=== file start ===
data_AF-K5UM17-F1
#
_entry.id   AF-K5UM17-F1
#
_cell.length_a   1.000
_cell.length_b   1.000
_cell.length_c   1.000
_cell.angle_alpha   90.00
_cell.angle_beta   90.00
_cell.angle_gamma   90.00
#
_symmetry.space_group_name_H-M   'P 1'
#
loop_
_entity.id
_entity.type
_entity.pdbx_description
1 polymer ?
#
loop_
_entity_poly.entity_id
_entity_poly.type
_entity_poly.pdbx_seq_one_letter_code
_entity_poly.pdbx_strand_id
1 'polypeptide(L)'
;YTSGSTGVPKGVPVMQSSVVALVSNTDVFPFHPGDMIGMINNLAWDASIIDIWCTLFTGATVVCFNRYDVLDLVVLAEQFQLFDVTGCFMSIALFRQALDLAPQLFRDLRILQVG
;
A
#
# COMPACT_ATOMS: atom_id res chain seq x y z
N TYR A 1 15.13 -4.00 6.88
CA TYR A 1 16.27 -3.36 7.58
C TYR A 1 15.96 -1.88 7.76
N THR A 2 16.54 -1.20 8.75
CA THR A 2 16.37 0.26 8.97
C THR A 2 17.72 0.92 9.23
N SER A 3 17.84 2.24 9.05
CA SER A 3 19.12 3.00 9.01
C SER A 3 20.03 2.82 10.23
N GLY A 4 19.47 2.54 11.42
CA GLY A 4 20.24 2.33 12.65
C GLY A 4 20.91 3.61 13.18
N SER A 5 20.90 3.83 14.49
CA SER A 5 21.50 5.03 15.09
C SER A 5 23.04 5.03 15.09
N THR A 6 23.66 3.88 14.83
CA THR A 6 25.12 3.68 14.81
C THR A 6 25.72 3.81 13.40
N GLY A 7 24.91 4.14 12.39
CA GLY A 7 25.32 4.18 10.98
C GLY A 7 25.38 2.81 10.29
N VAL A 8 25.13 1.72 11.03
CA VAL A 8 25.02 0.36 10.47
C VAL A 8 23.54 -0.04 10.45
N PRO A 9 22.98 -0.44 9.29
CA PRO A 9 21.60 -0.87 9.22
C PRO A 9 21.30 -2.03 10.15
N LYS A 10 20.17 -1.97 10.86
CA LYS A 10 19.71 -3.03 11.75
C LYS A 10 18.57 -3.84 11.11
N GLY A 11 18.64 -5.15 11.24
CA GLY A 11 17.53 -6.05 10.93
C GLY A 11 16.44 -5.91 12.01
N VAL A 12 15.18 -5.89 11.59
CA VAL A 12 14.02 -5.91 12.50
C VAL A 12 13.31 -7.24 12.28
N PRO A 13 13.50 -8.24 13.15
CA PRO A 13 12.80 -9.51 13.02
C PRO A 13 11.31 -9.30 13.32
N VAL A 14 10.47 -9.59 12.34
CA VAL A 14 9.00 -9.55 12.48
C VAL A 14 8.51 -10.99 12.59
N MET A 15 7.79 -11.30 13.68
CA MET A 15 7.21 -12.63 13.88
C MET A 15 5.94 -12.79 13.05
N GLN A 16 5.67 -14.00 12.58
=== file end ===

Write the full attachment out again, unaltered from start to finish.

data_AF-K5UM17-F1
#
_entry.id   AF-K5UM17-F1
#
_cell.length_a   1.000
_cell.length_b   1.000
_cell.length_c   1.000
_cell.angle_alpha   90.00
_cell.angle_beta   90.00
_cell.angle_gamma   90.00
#
_symmetry.space_group_name_H-M   'P 1'
#
loop_
_entity.id
_entity.type
_entity.pdbx_description
1 polymer ?
#
loop_
_entity_poly.entity_id
_entity_poly.type
_entity_poly.pdbx_seq_one_letter_code
_entity_poly.pdbx_strand_id
1 'polypeptide(L)'
;YTSGSTGVPKGVPVMQSSVVALVSNTDVFPFHPGDMIGMINNLAWDASIIDIWCTLFTGATVVCFNRYDVLDLVVLAEQFQLFDVTGCFMSIALFRQALDLAPQLFRDLRILQVG
;
A
#
# COMPACT_ATOMS: atom_id res chain seq x y z
N TYR A 1 15.13 -4.00 6.88
CA TYR A 1 16.27 -3.36 7.58
C TYR A 1 15.96 -1.88 7.76
N THR A 2 16.54 -1.20 8.75
CA THR A 2 16.37 0.26 8.97
C THR A 2 17.72 0.92 9.23
N SER A 3 17.84 2.24 9.05
CA SER A 3 19.12 3.00 9.01
C SER A 3 20.03 2.82 10.23
N GLY A 4 19.47 2.54 11.42
CA GLY A 4 20.24 2.33 12.65
C GLY A 4 20.91 3.61 13.18
N SER A 5 20.90 3.83 14.49
CA SER A 5 21.50 5.03 15.09
C SER A 5 23.04 5.03 15.09
N THR A 6 23.66 3.88 14.83
CA THR A 6 25.12 3.68 14.81
C THR A 6 25.72 3.81 13.40
N GLY A 7 24.91 4.14 12.39
CA GLY A 7 25.32 4.18 10.98
C GLY A 7 25.38 2.81 10.29
N VAL A 8 25.13 1.72 11.03
CA VAL A 8 25.02 0.36 10.47
C VAL A 8 23.54 -0.04 10.45
N PRO A 9 22.98 -0.44 9.29
CA PRO A 9 21.60 -0.87 9.22
C PRO A 9 21.30 -2.03 10.15
N LYS A 10 20.17 -1.97 10.86
CA LYS A 10 19.71 -3.03 11.75
C LYS A 10 18.57 -3.84 11.11
N GLY A 11 18.64 -5.15 11.24
CA GLY A 11 17.53 -6.05 10.93
C GLY A 11 16.44 -5.91 12.01
N VAL A 12 15.18 -5.89 11.59
CA VAL A 12 14.02 -5.91 12.50
C VAL A 12 13.31 -7.24 12.28
N PRO A 13 13.50 -8.24 13.15
CA PRO A 13 12.80 -9.51 13.02
C PRO A 13 11.31 -9.30 13.32
N VAL A 14 10.47 -9.59 12.34
CA VAL A 14 9.00 -9.55 12.48
C VAL A 14 8.51 -10.99 12.59
N MET A 15 7.79 -11.30 13.68
CA MET A 15 7.21 -12.63 13.88
C MET A 15 5.94 -12.79 13.05
N GLN A 16 5.67 -14.00 12.58